A civilized outing at the private fishing club

Being an internationally famous fly fishing personality (or not — but let’s go with the former for the sake of the story) gets me all kinds of cool invites. Yesterday I took advantage of the opportunity to fish some private club-owned waters.

It’s a challenging stream at this time of year, with no canopy, low flows, clear water, and brilliant sunshine. The stream wanders through the woods, mostly longer flat runs and shallows, but pockmarked with intriguing bends, riffles, deep dark holes, and plunges. It’s on the large side of small, or the small side of medium, depending on your point-of-view.

The fishing today was tough. I fished a dry/dropper and streamers. One bump on an olive Squirrel and Herl, and one nose bump on the dry, but I was finally able to connect with a hefty rainbow on spider dropper. My host, John R, managed three. Many thanks for a glorious day on this gorgeous piece of water.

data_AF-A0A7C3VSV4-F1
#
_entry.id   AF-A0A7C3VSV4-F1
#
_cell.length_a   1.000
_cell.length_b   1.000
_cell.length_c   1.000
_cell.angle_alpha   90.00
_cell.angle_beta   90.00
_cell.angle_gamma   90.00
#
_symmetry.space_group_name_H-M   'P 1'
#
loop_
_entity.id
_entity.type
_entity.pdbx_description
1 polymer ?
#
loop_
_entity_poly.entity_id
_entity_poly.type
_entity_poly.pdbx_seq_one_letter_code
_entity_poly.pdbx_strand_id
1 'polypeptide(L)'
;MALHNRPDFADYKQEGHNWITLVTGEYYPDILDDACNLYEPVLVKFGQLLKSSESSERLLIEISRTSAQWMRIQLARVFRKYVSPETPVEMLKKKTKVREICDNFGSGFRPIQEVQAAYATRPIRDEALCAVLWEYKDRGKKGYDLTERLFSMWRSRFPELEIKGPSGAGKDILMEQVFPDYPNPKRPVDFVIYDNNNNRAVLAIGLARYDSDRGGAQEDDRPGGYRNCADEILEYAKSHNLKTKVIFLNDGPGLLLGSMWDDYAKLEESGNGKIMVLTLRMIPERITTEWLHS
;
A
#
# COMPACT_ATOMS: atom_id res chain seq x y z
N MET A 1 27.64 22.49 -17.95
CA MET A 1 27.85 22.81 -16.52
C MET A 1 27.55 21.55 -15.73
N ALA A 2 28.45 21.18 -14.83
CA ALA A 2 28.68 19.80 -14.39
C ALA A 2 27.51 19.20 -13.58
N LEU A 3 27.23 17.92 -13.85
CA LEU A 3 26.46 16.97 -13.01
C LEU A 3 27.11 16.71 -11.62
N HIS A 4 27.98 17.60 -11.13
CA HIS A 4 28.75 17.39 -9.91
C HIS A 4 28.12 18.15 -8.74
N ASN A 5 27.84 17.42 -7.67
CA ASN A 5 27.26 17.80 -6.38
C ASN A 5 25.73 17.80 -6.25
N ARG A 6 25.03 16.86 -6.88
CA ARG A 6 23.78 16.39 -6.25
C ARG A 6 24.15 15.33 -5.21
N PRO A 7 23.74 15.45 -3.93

My catch has a great fish story. See that pile of rocks to the right? I had made a cast into the center of the pool from the back side of the pile, and was crawling forward a few feet to get into a better position to manage my drift. When I looked up, my dry fly was gone. So I set the hook, and to my delight found a fat rainbow attached to the North Country spider dropper. Painfully slow currents and mirror-like surfaces made the fishing a triple black diamond challenge.

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Here’s my host John doing battle in the same spot. Many thanks for the invite, kind sir. And if you, dear reader, have issued a similar invitation, I plan to take you up on it — this is simply the one that worked best for me on this day. I appreciate all the offers!

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They’re called classics for a reason. Once again, Our Lady of the Blessed Snipe and Purple did not fail me. Funny thing! On a day where hatches were at a bare-bones minimum, I saw a little black stone, size 18, crawling on my waders moments after I took this photo.

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Best of North Country Spiders: Snipe and Purple